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PAKO 3 - Why Are The Police Chasing Me?!

Do the police need to explain? You know what you did

Does PAKO stand for something? My best guess is Pretty Awesome Knock Out driving game, but if the developer Tree Men Games can let me know then that'd be great. They are based out of Finland so maybe PAKO means something there? Either way this mobile game released on December 2nd 2021 and is PAKoing a ton of fun with it's quick "try-die-repeat" gameplay.

PAKO 3 is actually the 4th game in the PAKO franchise, and it's an isometric car chase driving game where you usually have to avoid dozens of cops. What did you do to have dozens of cops chasing you? PAKO 3 doesn't tell you, but the game is rated 12+ so we can only assume it wasn't something too terrible. Or was it?!

Bad boys bad boys whatcha gonna do

PAKO 3 features incredibly simple controls and a somewhat difficult learning curve. I know that Tree Men Games has developed several of these games by this point, so some gamers may already be familiar with the gameplay, but I personally found that despite the simple controls they also provided a bit of pushback in terms of actually handling your vehicle. You are driving a car which moves forward automatically and you only have control over turning left and right. As we already know because you are a dirty criminal, you are also being chased by dozens of cop cars and must evade them for long enough to earn 1 to 3 stars in each stage. The stars can be obtained depending on how long you last in each stage's objective, and not every single stage involves evading atonement for your sins. Why else would the cops be chasing you?!

Swerving off the road

I found that the controls take some getting used to for two reasons - The first is because there are tons of cars to earn and use in each stage. Despite this game only using two "buttons" (left and right) I found that many cars felt VERY different to control. Each vehicle has different stats for speed/health/handling and the game does a good job of pushing you to use vehicles that focus on each type. Typically in any driving game I prefer to use cars with good handling because I like to feel in control of where I'm driving, but PAKO 3 features some stages (such as races) that forced me to try out cars with higher speed. I do wish there was more variety in the way the vehicles look (most of them are similar boxy designs). In the end the Rat Racer was my preferred vehicle because it balanced all 3 stats, but it still wasn't the optimal choice every time.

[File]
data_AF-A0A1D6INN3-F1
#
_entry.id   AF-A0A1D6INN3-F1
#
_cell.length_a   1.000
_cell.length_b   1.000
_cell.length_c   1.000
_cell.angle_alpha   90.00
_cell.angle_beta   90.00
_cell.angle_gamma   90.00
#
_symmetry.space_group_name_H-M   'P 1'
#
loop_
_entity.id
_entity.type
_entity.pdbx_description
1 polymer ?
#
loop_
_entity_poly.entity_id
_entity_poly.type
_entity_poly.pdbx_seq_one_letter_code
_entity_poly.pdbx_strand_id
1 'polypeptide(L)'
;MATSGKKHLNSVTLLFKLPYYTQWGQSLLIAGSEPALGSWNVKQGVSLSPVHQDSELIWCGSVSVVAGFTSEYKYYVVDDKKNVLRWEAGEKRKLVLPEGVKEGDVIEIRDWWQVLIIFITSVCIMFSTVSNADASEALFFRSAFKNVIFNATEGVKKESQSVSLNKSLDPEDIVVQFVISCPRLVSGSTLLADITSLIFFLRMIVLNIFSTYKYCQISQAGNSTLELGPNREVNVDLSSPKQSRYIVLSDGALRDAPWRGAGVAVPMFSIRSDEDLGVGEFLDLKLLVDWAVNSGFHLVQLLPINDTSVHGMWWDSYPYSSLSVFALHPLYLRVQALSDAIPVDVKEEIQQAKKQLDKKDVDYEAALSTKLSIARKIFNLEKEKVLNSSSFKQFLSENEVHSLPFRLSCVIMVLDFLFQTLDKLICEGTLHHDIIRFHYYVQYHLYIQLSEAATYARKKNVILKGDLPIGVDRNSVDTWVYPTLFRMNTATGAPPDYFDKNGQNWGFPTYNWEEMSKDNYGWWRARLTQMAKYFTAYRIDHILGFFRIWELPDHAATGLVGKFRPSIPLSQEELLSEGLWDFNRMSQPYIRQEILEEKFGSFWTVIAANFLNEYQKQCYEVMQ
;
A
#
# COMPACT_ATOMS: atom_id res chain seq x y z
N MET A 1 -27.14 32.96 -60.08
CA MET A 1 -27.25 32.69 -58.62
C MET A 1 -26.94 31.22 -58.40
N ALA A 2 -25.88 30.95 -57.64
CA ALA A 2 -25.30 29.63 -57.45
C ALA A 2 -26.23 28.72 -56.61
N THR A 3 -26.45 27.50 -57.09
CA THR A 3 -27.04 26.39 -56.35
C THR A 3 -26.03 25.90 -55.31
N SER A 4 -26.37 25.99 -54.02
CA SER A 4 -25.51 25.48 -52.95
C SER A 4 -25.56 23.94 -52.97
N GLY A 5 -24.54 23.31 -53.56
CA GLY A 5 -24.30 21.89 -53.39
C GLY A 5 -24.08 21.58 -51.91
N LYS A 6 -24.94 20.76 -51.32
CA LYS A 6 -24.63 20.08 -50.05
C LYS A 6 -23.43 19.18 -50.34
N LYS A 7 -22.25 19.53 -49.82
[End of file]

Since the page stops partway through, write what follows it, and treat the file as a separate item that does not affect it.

The second reason that I had some frustration with the controls is because of the graphics. Now don't get me wrong, PAKO 3 is going for a 70s vibe and I am HERE FOR IT. I love the overall look that the game has, and I think overall the isometric style works well for this type of gameplay. That said, I often that in every few stages the isometric viewpoint actually made it difficult to gauge where some walls were or where I might drive off a cliff. So while I understand the choice to make the game isometric, I also think that some stages can do a better job of communicating where the player can drive. I would often slam into a wall that I thought was a small hill. That said, I think that this problem comes with the territory of the isometric view and it's likely difficult to solve entirely across the whole game. IF/when PAKO 4 comes out, I hope that Tree Men Games consider a "behind the car" view because I feel confident that it would not only shake up the gameplay but I would also drive better.